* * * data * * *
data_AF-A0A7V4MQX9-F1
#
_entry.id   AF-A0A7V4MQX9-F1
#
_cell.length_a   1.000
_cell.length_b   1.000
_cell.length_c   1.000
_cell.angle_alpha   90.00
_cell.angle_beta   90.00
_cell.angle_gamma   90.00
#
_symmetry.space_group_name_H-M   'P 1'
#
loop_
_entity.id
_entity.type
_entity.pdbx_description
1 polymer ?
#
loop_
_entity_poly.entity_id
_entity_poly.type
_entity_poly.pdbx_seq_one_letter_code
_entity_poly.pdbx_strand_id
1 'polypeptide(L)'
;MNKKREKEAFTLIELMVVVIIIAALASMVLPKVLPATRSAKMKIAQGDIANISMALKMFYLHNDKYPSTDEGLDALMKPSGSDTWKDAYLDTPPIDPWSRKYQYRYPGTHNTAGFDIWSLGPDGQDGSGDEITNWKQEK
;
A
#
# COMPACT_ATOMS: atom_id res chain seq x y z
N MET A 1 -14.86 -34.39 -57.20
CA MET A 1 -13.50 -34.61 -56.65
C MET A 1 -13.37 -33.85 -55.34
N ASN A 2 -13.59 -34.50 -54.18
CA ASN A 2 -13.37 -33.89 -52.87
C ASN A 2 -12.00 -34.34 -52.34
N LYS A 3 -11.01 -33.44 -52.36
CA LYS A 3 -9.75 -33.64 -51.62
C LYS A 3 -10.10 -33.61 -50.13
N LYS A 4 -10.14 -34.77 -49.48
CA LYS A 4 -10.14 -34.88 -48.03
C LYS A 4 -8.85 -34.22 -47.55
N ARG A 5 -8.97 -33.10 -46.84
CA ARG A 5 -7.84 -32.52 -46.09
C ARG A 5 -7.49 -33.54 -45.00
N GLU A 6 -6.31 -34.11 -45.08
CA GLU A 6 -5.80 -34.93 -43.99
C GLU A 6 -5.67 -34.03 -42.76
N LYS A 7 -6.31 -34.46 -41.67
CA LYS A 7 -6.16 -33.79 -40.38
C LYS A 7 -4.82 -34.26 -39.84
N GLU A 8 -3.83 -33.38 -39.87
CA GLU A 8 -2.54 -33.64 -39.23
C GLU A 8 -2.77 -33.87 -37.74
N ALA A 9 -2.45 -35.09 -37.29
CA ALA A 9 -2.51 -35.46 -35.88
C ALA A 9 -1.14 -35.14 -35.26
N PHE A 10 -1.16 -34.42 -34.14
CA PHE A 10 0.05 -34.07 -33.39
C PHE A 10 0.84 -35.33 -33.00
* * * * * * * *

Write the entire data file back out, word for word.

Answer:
data_AF-A0A7V4MQX9-F1
#
_entry.id   AF-A0A7V4MQX9-F1
#
_cell.length_a   1.000
_cell.length_b   1.000
_cell.length_c   1.000
_cell.angle_alpha   90.00
_cell.angle_beta   90.00
_cell.angle_gamma   90.00
#
_symmetry.space_group_name_H-M   'P 1'
#
loop_
_entity.id
_entity.type
_entity.pdbx_description
1 polymer ?
#
loop_
_entity_poly.entity_id
_entity_poly.type
_entity_poly.pdbx_seq_one_letter_code
_entity_poly.pdbx_strand_id
1 'polypeptide(L)'
;MNKKREKEAFTLIELMVVVIIIAALASMVLPKVLPATRSAKMKIAQGDIANISMALKMFYLHNDKYPSTDEGLDALMKPSGSDTWKDAYLDTPPIDPWSRKYQYRYPGTHNTAGFDIWSLGPDGQDGSGDEITNWKQEK
;
A
#
# COMPACT_ATOMS: atom_id res chain seq x y z
N MET A 1 -14.86 -34.39 -57.20
CA MET A 1 -13.50 -34.61 -56.65
C MET A 1 -13.37 -33.85 -55.34
N ASN A 2 -13.59 -34.50 -54.18
CA ASN A 2 -13.37 -33.89 -52.87
C ASN A 2 -12.00 -34.34 -52.34
N LYS A 3 -11.01 -33.44 -52.36
CA LYS A 3 -9.75 -33.64 -51.62
C LYS A 3 -10.10 -33.61 -50.13
N LYS A 4 -10.14 -34.77 -49.48
CA LYS A 4 -10.14 -34.88 -48.03
C LYS A 4 -8.85 -34.22 -47.55
N ARG A 5 -8.97 -33.10 -46.84
CA ARG A 5 -7.84 -32.52 -46.09
C ARG A 5 -7.49 -33.54 -45.00
N GLU A 6 -6.31 -34.11 -45.08
CA GLU A 6 -5.80 -34.93 -43.99
C GLU A 6 -5.67 -34.03 -42.76
N LYS A 7 -6.31 -34.46 -41.67
CA LYS A 7 -6.16 -33.79 -40.38
C LYS A 7 -4.82 -34.26 -39.84
N GLU A 8 -3.83 -33.38 -39.87
CA GLU A 8 -2.54 -33.64 -39.23
C GLU A 8 -2.77 -33.87 -37.74
N ALA A 9 -2.45 -35.09 -37.29
CA ALA A 9 -2.51 -35.46 -35.88
C ALA A 9 -1.14 -35.14 -35.26
N PHE A 10 -1.16 -34.42 -34.14
CA PHE A 10 0.05 -34.07 -33.39
C PHE A 10 0.84 -35.33 -33.00